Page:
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How to Set Up a Flood-safe Home

Learn how to keep floodwater out of your home!

How to Set Up a Flood-safe Home?

Statistically, water damage is among the top most frequent insurance claims. While you can’t do too much about the inevitable deluge of water pounding on your home from the outside — rains, hurricanes, river floods — you can, and should, control the water inside your house. When water is securely contained within your plumbing, it is your obedient servant. But it can suddenly leap at you from a burst pipe pouring gallons per minute, or secretly trickle from a loose fitting for weeks, finally spreading over huge areas with rot and mold. When your water gets out of control, the damage can be devastating. If you are lucky, your losses will be limited to an unusually high water bill.

In most cases, making your house flood-safe is reduced to finding effective ways to identify water leaks and alert you to them as soon as possible. So, where it concerns flood safety, the smart automation industry is focused on developing water sensors and enhancing their functionality.

Basically, the idea of a water sensor is pretty straightforward — it detects the presence of water with special probes. The key difference in the different choices of water leak sensors are usually features on what they do after they detect water and how they fare in terms of maintenance. Let’s look closer at the options offered by different water sensor models to see how they can be used in setting up a flood-safe house.

Submersion Resistance

Water usually flows down, so it is wise to install water sensors on the floor where they will detect water while its level is still rather low. The major concern here is whether the sensor can survive being submerged in the water. Some sensor models, even those in the high-price range, show poor resistance to water and get permanently damaged after a single submersion. For example, Honeywell Lyric Wi-Fi Water Leak and Freeze Detector, although showing reliable performance, stops working when covered in water, while Fibaro Flood Sensor can float and, therefore, is not damaged even when the water level is high.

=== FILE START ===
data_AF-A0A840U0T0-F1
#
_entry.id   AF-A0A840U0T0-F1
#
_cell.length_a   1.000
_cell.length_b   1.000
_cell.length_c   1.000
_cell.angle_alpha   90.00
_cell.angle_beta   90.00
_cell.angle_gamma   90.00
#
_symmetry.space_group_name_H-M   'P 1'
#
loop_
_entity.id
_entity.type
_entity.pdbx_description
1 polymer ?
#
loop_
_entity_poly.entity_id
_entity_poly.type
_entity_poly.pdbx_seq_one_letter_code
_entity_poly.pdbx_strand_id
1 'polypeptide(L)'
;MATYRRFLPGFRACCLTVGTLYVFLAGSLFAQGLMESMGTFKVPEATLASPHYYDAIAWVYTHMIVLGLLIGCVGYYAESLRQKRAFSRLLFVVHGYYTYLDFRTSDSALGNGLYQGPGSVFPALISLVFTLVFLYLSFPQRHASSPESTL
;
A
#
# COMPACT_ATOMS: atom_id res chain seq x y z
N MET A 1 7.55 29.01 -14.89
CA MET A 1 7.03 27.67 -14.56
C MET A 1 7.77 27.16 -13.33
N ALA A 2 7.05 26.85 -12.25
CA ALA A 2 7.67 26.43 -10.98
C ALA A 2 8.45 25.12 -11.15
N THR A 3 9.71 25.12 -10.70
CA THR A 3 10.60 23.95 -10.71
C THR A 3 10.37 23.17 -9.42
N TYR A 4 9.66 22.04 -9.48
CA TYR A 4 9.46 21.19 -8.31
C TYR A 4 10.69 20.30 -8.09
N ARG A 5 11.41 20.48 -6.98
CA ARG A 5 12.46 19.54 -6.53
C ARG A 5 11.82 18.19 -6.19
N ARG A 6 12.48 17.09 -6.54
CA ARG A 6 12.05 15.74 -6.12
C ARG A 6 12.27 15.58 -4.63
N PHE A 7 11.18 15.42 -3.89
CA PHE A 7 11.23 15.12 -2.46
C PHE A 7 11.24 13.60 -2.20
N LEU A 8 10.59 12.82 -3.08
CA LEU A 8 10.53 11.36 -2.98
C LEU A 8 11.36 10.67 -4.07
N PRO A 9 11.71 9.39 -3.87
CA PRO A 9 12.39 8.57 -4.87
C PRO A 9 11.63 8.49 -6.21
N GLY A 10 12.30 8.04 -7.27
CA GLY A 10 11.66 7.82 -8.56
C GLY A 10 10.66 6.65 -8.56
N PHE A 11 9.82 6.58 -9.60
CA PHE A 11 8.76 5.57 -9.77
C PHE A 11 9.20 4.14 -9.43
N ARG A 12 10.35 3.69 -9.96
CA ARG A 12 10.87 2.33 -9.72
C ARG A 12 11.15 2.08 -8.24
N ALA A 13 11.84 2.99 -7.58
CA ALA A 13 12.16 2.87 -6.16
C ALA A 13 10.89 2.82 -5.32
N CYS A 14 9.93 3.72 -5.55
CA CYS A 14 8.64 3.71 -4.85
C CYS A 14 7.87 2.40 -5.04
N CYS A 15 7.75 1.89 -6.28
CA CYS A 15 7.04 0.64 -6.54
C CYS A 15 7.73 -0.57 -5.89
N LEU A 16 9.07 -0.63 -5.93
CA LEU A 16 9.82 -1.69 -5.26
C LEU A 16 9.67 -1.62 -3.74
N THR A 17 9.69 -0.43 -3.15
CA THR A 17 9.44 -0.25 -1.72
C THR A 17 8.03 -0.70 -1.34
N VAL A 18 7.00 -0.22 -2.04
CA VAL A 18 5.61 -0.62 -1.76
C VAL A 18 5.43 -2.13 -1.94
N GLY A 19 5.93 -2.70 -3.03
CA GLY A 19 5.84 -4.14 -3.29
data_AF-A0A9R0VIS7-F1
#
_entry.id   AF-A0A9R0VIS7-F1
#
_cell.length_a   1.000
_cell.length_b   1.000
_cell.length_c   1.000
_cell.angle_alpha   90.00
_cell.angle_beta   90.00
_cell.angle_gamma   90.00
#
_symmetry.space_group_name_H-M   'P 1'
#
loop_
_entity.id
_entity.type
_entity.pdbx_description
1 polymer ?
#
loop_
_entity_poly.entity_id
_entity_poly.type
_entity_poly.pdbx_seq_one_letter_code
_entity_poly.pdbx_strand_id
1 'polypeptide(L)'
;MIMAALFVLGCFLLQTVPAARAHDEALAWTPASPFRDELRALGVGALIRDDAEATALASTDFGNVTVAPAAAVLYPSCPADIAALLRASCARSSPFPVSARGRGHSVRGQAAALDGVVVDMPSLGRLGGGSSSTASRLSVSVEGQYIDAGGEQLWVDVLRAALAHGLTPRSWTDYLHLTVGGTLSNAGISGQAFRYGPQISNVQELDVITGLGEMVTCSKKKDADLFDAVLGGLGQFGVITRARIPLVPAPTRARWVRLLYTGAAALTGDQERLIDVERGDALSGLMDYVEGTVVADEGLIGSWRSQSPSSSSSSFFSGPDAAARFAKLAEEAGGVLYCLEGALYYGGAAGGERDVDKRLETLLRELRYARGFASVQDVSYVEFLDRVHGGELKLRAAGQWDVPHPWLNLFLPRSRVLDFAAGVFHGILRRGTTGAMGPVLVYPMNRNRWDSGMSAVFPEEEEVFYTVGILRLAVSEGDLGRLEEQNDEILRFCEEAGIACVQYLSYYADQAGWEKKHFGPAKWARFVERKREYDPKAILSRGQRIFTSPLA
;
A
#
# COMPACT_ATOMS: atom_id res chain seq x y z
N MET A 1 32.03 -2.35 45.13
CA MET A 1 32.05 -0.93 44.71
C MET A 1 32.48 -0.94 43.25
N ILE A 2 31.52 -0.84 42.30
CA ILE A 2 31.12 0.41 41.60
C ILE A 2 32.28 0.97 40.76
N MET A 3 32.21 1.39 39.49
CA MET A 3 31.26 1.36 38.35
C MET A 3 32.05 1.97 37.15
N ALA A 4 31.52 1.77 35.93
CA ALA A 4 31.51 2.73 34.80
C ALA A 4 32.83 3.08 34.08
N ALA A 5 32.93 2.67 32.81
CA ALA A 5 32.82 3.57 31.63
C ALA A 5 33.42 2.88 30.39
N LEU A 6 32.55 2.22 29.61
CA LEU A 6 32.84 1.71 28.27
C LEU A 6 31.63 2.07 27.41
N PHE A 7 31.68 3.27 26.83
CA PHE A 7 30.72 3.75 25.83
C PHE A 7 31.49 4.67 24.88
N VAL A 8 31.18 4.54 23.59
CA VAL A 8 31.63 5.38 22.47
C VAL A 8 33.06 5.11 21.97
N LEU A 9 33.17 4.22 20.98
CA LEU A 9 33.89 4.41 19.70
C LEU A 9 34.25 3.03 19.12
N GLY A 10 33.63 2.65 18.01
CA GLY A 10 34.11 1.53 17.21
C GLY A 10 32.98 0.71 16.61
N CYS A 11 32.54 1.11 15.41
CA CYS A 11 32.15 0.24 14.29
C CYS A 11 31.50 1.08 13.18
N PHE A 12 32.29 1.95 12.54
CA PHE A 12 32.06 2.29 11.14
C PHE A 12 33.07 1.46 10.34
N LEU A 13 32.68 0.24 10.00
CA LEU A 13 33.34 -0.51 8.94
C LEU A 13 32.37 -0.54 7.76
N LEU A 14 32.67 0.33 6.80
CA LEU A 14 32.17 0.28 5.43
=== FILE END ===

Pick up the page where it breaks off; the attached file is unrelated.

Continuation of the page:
Flood Sensor
Photo courtesy of Fibaro

Leak Alert

Whenever there is a water leak, be it a small slow trickle or a powerful burst, it is critical to stop the water supply as quickly as possible to reduce the damage and stem the outpour. So, the minimum expectation from a water sensor is alerting the owners. Smart water sensors send notifications to the owner’s smartphone, so that the owners know immediately of a water leak, wherever they are. However, the perfect arrangement is to have alerts both via the mobile app and via a local alarm or siren. Of course, the local alarm makes sense only when there is someone at home, but it can be critical at night when you may miss a notification on your smartphone.